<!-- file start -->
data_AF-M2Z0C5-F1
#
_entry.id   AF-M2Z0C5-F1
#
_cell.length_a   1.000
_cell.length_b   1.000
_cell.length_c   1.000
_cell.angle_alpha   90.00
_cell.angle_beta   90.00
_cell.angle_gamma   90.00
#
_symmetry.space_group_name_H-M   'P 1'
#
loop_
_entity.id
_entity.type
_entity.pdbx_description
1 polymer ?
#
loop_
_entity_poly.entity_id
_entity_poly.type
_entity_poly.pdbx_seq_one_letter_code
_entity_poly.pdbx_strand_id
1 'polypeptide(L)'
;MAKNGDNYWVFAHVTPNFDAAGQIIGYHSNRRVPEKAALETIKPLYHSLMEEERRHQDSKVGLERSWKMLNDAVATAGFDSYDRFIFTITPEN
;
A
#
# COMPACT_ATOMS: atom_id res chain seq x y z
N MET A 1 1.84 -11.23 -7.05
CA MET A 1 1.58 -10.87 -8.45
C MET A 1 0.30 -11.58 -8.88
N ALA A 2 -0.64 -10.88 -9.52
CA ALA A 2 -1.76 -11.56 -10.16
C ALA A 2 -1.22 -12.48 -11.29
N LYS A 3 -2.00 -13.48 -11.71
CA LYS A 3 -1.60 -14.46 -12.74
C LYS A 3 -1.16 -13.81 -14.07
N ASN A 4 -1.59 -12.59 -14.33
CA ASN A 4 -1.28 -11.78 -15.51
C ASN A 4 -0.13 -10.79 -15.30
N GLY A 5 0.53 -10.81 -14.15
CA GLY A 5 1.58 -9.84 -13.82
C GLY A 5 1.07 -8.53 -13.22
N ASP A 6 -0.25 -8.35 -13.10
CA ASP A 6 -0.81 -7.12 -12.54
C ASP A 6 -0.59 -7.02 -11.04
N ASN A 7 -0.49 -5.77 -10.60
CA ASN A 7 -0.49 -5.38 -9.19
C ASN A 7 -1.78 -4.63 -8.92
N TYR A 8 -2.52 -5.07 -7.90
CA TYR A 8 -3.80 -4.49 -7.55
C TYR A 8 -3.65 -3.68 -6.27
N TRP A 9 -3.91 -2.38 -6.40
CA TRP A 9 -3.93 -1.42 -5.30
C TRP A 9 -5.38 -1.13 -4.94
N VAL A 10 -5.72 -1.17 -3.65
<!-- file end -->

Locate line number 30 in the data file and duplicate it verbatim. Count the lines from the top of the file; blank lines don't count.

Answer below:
# COMPACT_ATOMS: atom_id res chain seq x y z